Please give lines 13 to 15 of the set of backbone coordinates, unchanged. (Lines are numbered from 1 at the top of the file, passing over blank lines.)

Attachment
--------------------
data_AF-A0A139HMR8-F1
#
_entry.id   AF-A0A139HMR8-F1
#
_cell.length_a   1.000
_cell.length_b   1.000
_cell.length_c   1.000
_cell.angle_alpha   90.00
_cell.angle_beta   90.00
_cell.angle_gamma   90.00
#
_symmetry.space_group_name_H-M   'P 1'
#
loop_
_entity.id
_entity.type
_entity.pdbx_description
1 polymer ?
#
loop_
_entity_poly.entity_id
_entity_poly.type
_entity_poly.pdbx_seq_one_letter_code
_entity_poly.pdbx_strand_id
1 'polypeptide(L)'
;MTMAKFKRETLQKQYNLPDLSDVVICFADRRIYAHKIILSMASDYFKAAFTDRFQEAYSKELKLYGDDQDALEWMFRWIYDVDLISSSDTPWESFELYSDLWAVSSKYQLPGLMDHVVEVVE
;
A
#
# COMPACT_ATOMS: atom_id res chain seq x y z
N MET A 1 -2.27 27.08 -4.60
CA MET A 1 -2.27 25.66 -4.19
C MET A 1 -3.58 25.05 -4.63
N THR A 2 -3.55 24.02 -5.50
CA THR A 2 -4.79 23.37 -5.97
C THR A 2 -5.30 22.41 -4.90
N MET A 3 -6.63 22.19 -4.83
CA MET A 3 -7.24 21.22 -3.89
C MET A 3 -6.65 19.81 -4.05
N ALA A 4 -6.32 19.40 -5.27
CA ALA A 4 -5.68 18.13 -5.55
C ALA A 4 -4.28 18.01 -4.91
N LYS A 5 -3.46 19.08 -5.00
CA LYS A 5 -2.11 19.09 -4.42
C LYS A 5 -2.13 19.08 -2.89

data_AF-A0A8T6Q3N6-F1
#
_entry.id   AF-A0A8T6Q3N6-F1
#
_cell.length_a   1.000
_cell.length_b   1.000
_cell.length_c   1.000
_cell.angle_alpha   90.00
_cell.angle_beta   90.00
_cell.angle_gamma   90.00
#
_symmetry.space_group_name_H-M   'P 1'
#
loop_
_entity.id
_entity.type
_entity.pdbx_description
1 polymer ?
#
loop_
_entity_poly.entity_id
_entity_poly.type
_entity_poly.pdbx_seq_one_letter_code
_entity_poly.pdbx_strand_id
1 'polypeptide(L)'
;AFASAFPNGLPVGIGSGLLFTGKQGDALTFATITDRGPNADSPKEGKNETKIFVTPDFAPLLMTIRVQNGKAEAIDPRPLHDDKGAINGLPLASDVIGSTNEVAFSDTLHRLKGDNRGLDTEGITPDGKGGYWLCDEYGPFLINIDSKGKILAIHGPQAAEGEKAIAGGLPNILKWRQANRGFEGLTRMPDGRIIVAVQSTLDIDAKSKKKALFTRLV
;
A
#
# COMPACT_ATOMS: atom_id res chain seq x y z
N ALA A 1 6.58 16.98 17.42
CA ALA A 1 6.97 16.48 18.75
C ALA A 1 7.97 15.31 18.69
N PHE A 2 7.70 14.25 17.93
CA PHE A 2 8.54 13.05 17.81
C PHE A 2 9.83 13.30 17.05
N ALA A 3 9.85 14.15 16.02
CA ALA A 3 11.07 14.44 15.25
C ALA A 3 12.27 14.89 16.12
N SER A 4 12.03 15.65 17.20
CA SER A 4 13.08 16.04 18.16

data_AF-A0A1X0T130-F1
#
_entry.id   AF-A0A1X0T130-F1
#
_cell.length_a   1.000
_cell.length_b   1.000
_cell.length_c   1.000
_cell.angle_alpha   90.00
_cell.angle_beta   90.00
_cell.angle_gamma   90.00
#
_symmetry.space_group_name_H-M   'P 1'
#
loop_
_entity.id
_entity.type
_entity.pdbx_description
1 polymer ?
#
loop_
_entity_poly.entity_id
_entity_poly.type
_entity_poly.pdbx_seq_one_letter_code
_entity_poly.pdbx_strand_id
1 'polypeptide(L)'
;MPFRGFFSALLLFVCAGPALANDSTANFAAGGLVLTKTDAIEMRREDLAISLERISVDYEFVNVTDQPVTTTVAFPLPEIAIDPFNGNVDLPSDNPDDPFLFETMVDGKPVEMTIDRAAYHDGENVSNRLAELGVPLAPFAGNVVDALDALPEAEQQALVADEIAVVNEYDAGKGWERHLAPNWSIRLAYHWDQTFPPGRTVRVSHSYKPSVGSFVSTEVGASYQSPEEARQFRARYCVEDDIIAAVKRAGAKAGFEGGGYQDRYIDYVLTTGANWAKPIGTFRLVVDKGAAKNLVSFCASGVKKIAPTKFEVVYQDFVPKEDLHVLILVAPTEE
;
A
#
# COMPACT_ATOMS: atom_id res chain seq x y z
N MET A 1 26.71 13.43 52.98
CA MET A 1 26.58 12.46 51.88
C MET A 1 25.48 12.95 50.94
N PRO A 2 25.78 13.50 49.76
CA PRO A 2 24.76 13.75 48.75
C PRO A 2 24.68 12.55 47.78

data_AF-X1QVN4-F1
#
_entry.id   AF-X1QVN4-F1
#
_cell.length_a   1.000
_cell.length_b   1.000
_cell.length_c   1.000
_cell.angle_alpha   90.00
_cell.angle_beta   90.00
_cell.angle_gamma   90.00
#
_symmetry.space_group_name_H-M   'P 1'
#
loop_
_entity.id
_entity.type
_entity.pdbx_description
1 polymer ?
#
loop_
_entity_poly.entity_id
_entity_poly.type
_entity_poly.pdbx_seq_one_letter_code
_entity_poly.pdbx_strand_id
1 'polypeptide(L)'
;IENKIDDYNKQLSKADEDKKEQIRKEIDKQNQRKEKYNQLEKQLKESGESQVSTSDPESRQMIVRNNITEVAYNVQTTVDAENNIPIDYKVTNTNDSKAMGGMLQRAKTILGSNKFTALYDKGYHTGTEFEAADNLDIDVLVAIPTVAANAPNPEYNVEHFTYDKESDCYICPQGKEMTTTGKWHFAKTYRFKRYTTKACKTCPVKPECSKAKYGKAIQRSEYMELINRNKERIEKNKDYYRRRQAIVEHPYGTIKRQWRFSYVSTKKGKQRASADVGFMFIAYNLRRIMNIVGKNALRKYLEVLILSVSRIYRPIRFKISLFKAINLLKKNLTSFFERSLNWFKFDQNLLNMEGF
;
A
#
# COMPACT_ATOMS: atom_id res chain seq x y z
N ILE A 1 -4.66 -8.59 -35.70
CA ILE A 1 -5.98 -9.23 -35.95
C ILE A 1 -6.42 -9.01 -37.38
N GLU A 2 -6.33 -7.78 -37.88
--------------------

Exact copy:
#
loop_
_entity.id